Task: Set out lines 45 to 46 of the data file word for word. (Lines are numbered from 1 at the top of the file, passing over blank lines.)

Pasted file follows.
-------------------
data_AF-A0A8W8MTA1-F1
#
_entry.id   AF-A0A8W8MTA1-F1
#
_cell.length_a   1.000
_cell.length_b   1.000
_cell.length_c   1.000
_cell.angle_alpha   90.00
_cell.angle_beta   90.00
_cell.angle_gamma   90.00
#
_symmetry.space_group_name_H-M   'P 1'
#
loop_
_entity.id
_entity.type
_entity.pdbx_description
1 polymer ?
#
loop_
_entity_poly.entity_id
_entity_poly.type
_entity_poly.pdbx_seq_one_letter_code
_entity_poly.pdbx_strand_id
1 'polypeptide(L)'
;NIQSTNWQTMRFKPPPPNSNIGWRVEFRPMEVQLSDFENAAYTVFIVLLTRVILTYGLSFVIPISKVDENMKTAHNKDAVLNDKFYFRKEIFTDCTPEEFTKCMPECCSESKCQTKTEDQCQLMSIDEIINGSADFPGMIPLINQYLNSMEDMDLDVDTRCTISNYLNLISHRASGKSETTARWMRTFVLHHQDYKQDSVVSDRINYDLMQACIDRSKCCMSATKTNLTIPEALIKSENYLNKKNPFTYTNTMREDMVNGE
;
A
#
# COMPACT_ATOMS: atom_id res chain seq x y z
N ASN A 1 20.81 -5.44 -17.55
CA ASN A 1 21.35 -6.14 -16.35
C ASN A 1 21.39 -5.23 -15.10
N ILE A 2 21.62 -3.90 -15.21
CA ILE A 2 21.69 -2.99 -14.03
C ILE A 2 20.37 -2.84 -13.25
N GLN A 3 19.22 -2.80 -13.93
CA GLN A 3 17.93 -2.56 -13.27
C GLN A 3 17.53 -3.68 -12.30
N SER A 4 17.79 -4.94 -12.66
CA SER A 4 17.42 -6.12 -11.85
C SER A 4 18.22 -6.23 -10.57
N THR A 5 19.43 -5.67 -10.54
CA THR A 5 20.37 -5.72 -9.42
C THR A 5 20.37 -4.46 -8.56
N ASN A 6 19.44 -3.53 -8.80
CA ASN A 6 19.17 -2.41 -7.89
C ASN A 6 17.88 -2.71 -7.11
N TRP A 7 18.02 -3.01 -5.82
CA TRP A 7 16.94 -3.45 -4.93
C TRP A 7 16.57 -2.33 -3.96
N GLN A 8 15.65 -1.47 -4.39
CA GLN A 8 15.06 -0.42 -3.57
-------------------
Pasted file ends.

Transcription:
C THR A 5 20.37 -4.46 -8.56
N ASN A 6 19.44 -3.53 -8.80